Ruby Peter receives honorary degree for language revitalization


Nearly five decades ago, sti’tum’at Ruby Peter of the Quamichan First Nation made a daily trip from Duncan, driving north to Nanaimo to collect a passenger, and then onto the University of Victoria.

She was among six Hul’q’umi’num’ educators who made the journey together for several months to attend classes at UVic, the first collaboration of its kind in North America. Their mission: to develop Indigenous language teaching training and help pass on their language to younger generations.

Sti’tum’at received UVic’s highest accolade—an honorary Doctor of Laws (LLD)—at the Faculty of Humanities’ spring convocation on June 10, recognizing her dedication to documenting, teaching and revitalizing the Hul'q'umi'num' language.

She reflected on this time at a special ceremony at First Peoples House organized by the Department of Linguistics, which nominated sti’tum’at for the degree.

“You brought my life back to 1973, thinking about all we used to do,” sti’tum’at told the audience, which included family, friends, community members and UVic colleagues.

She recalled that her car at the time had a broken indicator, which meant one of the passengers had to take on that responsibility.

“‘Violet, I’m going to turn left, stick your hand out and signal,’” she recounted with a laugh. “We enjoyed each other’s company. We supported one another. It was a beautiful time.”

Associate Professors Suzanne Urbanczyk and Sonya Bird, from the Department of Linguistics, nominated sti’tum’at for the award. Urbanczyk said sti’tum’at and her three sisters approached UVic in 1970 to develop Indigenous language teacher training. They were concerned about the shift in language use from Hul’q’umi’num’ to English in their community. Their request compelled faculty members from education and linguistics to develop a plan for creating Indigenous language programing at UVic.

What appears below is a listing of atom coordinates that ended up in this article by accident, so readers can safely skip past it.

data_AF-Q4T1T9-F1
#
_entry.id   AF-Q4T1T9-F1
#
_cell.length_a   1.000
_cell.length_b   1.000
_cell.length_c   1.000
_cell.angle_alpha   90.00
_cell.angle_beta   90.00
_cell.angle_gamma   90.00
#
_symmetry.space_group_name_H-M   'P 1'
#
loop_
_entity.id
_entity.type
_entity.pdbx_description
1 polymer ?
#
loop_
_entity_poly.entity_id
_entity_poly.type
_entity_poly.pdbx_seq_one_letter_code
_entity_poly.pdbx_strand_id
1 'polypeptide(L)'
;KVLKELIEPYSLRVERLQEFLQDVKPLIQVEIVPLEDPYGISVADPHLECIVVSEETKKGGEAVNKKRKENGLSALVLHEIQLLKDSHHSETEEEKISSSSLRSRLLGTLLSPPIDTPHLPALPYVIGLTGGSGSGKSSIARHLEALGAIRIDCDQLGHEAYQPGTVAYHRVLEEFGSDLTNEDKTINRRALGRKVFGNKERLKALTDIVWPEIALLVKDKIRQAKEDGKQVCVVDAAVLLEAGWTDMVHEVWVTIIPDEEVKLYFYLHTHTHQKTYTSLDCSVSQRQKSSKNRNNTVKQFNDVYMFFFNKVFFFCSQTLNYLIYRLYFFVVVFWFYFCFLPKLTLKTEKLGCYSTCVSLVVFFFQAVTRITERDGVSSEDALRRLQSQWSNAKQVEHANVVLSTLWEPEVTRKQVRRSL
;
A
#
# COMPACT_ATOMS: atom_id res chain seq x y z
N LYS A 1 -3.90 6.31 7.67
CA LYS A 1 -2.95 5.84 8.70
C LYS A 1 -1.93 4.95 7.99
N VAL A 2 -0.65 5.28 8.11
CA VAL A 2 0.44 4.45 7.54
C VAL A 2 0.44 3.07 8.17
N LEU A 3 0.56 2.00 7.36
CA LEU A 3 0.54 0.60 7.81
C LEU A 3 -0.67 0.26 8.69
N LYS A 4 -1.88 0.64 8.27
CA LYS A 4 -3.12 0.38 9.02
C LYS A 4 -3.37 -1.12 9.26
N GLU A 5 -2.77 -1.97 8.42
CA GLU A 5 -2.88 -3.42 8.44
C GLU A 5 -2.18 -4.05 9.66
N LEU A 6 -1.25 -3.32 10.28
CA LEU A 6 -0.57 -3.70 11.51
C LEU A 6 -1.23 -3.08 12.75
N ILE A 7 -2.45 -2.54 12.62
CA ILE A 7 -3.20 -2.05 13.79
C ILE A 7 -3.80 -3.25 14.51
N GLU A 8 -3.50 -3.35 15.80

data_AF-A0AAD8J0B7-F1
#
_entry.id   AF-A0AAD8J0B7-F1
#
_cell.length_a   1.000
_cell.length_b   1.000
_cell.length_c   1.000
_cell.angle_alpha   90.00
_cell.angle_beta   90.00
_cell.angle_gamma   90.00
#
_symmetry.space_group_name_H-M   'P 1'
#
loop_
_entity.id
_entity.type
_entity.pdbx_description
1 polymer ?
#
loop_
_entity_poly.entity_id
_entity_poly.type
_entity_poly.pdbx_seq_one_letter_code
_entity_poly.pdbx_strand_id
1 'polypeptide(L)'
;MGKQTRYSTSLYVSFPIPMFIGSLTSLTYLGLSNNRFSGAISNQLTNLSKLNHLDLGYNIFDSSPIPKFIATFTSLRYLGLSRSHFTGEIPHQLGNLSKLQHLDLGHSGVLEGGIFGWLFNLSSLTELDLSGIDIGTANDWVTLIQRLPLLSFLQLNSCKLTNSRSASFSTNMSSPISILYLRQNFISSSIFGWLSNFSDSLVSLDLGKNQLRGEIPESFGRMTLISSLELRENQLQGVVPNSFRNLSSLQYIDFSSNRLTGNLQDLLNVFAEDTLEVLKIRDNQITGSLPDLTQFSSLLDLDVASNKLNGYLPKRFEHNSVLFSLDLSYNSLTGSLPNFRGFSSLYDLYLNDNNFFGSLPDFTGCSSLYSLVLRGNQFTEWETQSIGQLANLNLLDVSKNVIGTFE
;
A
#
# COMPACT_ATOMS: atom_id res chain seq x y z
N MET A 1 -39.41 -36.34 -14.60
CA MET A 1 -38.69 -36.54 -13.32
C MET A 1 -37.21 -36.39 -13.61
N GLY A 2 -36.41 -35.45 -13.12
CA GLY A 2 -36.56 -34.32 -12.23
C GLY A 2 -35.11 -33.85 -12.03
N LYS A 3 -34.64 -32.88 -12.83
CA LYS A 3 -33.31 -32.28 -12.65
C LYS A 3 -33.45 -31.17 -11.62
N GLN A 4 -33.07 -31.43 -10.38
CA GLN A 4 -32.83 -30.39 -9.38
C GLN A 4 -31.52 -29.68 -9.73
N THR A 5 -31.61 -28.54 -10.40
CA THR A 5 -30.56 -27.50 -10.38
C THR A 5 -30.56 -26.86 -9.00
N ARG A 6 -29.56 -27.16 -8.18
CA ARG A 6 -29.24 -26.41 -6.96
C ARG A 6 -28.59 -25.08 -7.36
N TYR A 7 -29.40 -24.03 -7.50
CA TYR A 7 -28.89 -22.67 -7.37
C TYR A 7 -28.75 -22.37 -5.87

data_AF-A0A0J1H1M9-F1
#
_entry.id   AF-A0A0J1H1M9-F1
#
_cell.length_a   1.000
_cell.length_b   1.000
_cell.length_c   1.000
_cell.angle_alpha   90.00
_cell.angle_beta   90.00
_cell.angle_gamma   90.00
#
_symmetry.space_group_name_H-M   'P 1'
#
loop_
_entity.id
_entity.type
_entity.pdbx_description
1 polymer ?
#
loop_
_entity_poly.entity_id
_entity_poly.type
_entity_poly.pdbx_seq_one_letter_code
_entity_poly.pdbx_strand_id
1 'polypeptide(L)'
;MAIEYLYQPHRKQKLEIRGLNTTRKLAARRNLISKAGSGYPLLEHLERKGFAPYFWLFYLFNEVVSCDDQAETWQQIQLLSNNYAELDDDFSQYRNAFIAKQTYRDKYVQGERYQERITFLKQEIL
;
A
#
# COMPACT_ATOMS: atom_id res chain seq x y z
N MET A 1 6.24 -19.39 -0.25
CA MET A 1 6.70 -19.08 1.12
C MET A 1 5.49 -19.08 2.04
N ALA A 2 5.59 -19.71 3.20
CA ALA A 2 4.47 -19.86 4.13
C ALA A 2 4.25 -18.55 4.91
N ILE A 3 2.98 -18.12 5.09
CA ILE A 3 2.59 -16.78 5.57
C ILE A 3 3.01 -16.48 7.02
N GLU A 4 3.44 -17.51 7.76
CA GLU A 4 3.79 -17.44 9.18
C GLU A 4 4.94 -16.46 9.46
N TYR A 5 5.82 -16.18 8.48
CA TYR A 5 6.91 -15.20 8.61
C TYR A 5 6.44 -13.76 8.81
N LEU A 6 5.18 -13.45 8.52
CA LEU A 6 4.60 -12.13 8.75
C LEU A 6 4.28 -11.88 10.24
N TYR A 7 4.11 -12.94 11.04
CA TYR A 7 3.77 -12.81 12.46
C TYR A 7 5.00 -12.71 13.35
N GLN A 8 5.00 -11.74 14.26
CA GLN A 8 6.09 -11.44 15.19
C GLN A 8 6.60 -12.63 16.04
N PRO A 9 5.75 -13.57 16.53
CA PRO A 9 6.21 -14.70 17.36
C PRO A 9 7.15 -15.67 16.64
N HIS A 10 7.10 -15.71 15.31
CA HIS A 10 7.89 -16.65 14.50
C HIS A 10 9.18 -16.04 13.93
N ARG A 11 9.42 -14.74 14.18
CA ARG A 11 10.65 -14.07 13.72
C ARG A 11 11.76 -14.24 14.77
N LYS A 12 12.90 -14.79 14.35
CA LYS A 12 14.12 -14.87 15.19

“The amount of dedication and determination these young Hul’q’umi’num’ educators/mothers and their supporters showed was astounding,” Bird says.

Two ground-breaking diplomas, launched at UVic in the 1970s, emerged from the initial collaboration, helping establish UVic as a leader in community-based language revitalization programing.

“The untold part of UVic’s history in Indigenous language revitalization is that it all began with sti’tum’at approaching UVic to provide training to her and her generation of language speakers,” Urbanczyk says.

Since completing her diploma, sti’tum’at has taught Hul’q’umi’num’ in numerous settings, from elementary school to college to university. She has served as an in-class elder, translator, researcher and language consultant. Sti’tum’at’s research resulted in the co-authored Cowichan Dictionary, still considered the most extensive dictionary of the Cowichan dialect of Hul’q’umi’num’ 25 years after its initial publication.

Faculty members from the Department of Linguistics lauded sti’tum’at at the ceremony for her perseverance, compassion and generosity. They presented sti’tum’at with a pendant of a thunderbird, a symbol of power, protection and strength.

Acting Humanities Dean Lisa Surridge said sti’tum’at had “reach,” which Surridge described as when someone extends beyond themselves to advance a whole community.

“You showed yourself to be a navigator (literally and metaphorically) when you climbed into a car to lead your group of language teachers down the road to UVic to form a partnership in the teaching and study of Indigenous languages,” she said.

“You were an innovator in imagining the very concept of language revitalization.”

A humbled sti’tum’at thanked her supporters.

“I thank you all for the recognition and giving me this precious gift.”

Sti’tum’at had one more ceremony to attend: Simon Fraser University awarded her an honorary degree at their convocation during the same week.